SVS Prime Tower Speakers Review

Great Value 4.5 Stars

When it comes to home theater, I’m probably one of the more budget-conscious people you’d ever meet. I’ve been involved in home theater since 1985, before there really was such a thing, connecting my Beta HiFi VCR to my bookshelf system, and adding rear speakers using the audio out on the receiver/amplifier to a seperate amp and using a poor-man’s surround solution to decode the matrixed rear channel. All of this using hand-me-down speakers and equipment from my parents or gear I picked up at garage sales. It impressed my friends (but not the girls), however it did ignite a passion for getting the best bang for your buck in home audio. My tastes in equipment has matured over the years, more recently opting for a Marantz SR5008 receiver (probably the most high-end piece of my current setup) with Energy CB-10 and CB-5 bookshelves and a CC-5 center channel, with an OSD PS10 as my subwoofer. It’s been a pretty nice setup, offering impressive theater-like sound without annoying the neighbors (I live in a condo).

My first experience with speaker manufacturer SVS goes back to the very first event I attended with Home Theater Forum, the 2008 EMA Home Entertaniment convention at The Palms in Las Vegas, Nevada. SVS provided the speakers for HTF’s conference room, and again a few months later at the 2008 HTF Hollywood Meet at the Burbank Marriott. I had never heard of them before, but was very impressed with their quality and imaging ability. Their price, however, were way out of my league.

Fast forward six years, and I was given the opportnity to review the company’s SB-2000 and PB-2000 subwoofers, which were exceptional. Which brings us to present day, and my review of the new Prime Towers from SVS. Weighing in at 40 pounds each and standing at just over three feet high, the speaker consists of a 1″ aluminum dome tweeter, a 4.5″ mid-range, and two 6.5″ woofers (each with a discrete crossover), and dual 1.7″ wide-flared rear firing ports. SVS also inclulded a pair of their SoundPath Ultra speaker cables, terminated with banana plugs, which I used to easily connect the speakers to my Marantz receiver. The SoundPath Ultra cables are made-to-order in lengths of 4 to 50 feet with your choice of banana plug or spade connectors on each end (you can mix or match depending on your needs) that are hand-soldered. I placed the towers on either side of my LG 65F8500 display (replacing my Energy CB-10 bookshelves), and ran the Audyssey setup. I was not surprised that Audyssey not only detected the Prime Towers as Large speakers, but that they did not require a crossover setting.

After a few additional tweaks to the automated settings, it was time to demo some material in Direct mode. First off was Elton John’s Someone Saved My Life Tonight from Captain Fantastic and the Brown Dirt Cowboy SACD in 2-channel stereo. The sound was enveloping and immersive, filling my room with sound yet providing directionality to various instruments, while placing Elton John’s vocals directly between the two speakers. The higher frequencies of the song were reproduced clearly, and bass response was exceptional, all without the use of a subwoofer. Next up was Sing Along from Blue Man Group’s DVD-Audio The Complex, first in 2.0 PCM. The results were very much the same, but with a much deeper bass response (as would be expected from Blue Man Group). Switching to the DTS 96/24 5.1 mix of the same song, adding in my Energy CC-5 center, CB-5 bookshelf surrounds, and OSD PS10 sub, the front sound stage had more discrete separation than it did with the Energy CB-10’s the Prime Towers were replacing. To round out my music demos, I listened to Star Wars: The Force Awakens soundtrack on CD. John Williams’ score came through with great clarity and resonance, especially the quiet, low-key beginnings of Rey’s theme during track 2, The Scavenger. The Prime Towers shined even more when I switched to movies. Star Trek Into DarknessIndependence DayGods of Egypt, and Deadpool all had increased clarity, bass response, and discrete stereo separation when demoed.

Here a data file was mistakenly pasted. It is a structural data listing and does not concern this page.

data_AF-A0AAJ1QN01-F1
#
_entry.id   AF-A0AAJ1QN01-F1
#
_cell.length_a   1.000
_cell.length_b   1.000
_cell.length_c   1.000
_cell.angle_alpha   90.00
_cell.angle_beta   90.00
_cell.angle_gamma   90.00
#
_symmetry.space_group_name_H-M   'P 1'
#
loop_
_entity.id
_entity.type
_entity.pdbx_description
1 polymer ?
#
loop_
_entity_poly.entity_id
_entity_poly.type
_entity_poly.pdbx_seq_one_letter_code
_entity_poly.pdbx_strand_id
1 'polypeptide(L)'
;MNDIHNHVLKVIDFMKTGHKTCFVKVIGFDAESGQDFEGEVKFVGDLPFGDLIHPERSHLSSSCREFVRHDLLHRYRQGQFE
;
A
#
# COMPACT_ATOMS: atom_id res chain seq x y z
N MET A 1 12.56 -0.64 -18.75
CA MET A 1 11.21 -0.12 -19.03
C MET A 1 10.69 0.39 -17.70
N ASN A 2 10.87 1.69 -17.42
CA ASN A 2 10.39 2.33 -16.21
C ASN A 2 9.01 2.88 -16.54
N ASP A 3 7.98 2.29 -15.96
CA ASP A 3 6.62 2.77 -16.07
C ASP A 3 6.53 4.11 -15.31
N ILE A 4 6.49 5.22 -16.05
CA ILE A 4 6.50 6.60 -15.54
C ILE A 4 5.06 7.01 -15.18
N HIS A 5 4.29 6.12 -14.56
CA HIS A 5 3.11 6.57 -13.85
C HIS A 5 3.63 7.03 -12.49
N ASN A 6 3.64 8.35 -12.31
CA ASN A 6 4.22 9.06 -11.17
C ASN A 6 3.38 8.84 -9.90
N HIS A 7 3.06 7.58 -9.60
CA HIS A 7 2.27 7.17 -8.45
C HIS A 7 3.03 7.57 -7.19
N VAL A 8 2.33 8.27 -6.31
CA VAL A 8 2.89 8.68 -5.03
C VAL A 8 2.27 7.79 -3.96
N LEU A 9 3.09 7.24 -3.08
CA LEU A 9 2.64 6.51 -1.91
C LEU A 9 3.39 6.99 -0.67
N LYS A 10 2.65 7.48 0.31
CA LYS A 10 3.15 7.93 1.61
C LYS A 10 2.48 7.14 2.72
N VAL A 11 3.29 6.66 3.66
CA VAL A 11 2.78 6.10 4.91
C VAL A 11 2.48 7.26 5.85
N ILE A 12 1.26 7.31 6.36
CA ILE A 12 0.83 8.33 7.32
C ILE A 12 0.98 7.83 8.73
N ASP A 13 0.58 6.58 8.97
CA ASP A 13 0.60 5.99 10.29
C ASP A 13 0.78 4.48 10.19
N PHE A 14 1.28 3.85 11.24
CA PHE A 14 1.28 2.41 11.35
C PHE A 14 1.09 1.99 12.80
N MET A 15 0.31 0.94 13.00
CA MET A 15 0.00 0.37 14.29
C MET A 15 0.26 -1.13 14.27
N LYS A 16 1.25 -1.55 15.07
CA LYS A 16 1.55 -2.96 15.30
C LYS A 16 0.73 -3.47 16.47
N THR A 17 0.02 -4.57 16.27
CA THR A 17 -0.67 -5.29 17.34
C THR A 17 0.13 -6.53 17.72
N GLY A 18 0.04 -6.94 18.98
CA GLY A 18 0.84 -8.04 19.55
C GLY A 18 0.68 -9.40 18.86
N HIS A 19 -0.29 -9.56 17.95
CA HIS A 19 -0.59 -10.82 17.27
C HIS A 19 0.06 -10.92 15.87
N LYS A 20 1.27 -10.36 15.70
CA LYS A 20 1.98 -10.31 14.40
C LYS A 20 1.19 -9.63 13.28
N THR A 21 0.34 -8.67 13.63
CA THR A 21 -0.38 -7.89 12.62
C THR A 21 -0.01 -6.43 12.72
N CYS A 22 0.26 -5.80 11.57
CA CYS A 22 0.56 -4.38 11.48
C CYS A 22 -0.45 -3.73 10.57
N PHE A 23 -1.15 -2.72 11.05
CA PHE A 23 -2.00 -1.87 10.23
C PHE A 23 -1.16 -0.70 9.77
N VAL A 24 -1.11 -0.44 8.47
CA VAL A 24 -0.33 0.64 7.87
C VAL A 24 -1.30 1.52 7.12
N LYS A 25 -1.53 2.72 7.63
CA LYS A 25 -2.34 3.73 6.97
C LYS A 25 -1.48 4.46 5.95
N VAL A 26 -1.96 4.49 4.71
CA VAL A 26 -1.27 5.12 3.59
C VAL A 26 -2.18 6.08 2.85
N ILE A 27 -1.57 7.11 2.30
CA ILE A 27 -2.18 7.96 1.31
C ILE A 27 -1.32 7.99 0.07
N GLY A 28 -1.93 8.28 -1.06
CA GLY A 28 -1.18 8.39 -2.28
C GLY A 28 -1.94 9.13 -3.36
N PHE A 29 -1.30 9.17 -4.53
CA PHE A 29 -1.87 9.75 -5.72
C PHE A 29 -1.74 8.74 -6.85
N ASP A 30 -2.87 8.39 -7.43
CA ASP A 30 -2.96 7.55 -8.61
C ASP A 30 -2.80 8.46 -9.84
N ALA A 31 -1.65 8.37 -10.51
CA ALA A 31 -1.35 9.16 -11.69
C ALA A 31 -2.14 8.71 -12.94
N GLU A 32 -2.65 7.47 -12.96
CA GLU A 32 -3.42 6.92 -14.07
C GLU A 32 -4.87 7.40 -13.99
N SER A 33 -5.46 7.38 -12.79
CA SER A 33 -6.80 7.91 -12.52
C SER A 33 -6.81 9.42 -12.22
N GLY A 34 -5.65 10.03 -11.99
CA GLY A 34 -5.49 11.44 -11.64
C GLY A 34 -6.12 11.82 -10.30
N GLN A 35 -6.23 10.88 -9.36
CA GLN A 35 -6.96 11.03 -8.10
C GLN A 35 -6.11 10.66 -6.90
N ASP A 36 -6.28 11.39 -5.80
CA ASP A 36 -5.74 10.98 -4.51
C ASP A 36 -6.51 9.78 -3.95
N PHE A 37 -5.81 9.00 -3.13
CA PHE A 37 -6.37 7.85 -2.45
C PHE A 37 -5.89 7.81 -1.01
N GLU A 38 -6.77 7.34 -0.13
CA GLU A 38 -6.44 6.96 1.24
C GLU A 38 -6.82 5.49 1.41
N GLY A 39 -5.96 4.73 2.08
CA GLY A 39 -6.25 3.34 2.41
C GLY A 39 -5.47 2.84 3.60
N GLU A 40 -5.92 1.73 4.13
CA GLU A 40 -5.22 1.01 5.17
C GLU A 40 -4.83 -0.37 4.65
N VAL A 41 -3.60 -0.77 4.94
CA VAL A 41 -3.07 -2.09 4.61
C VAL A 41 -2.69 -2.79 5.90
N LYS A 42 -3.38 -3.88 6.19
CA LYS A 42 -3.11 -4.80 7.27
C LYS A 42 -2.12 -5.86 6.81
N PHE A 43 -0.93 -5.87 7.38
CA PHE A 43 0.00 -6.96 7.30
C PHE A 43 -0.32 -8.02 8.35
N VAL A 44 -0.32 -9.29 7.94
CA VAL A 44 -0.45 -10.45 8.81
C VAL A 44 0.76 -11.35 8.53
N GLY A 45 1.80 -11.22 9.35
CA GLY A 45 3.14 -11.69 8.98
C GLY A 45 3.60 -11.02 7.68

Specifications:
1″ Aluminum Dome Tweeter
4.5″ Midrange Driver
Dual 6.5″ Woofers
3.5-way Crossover
Midrange to tweeter crossover: 2.1 kHz (12dB/octave slopes)
Top woofer to midrange crossover: 350 Hz (12dB/octave slopes)
Bottom woofer low pass frequency: 165 Hz (customized filter Q and slope)
Rated bandwidth: 30 Hz-25 kHz (±3 dB)
Nominal impedance: 8 ohms
Sensitivity: 87 dB (2.83V @ 1 meter full-space, 300-3kHz)
Recommended amplifier power: 20-250 watts
MSRP: $499.99 each (Black Ash finish) / $599.99 each (Piano Gloss Black finish)

You are not likely to find a 3.5-way tower in this price range from any other manufacturer with similar qualities (unless it’s on clearance). When you combine that with the SVS Customer Bill of Rights (which includes a 45-day free trial period with free return shipping, 5-year unconditional warranty, 60-day price protection, 1-year performance upgrade, 1-year trade-up policy, lifetime tech support, and lots more), the SVS Prime Towers are a great value for any home theater enthusiast looking to graduate from satellites or bookshelves.

Published by

Todd Erwin

administrator

4 Comments

  1. Thank you for your review. I have been an Energy fan for over a decade, and currently using CF-30's and a CC-10 for my front three. Having recently bought the SVS SB-2000 (based on yours and others reviews), I am thinking of taking the plunge to these SVS towers…As an owner of Energy (and reviewer of SVS) do you think its worth the upgrade?

  2. [QUOTE="Todd Erwin, post: 4395224, member: 347223"]Definitely worth it![/QUOTE]

    Looks like I'll be moving towards the SVS then! Any advice on in-ceiling atmos speakers that are timbre matched with the SVS line?

    Many thanks!

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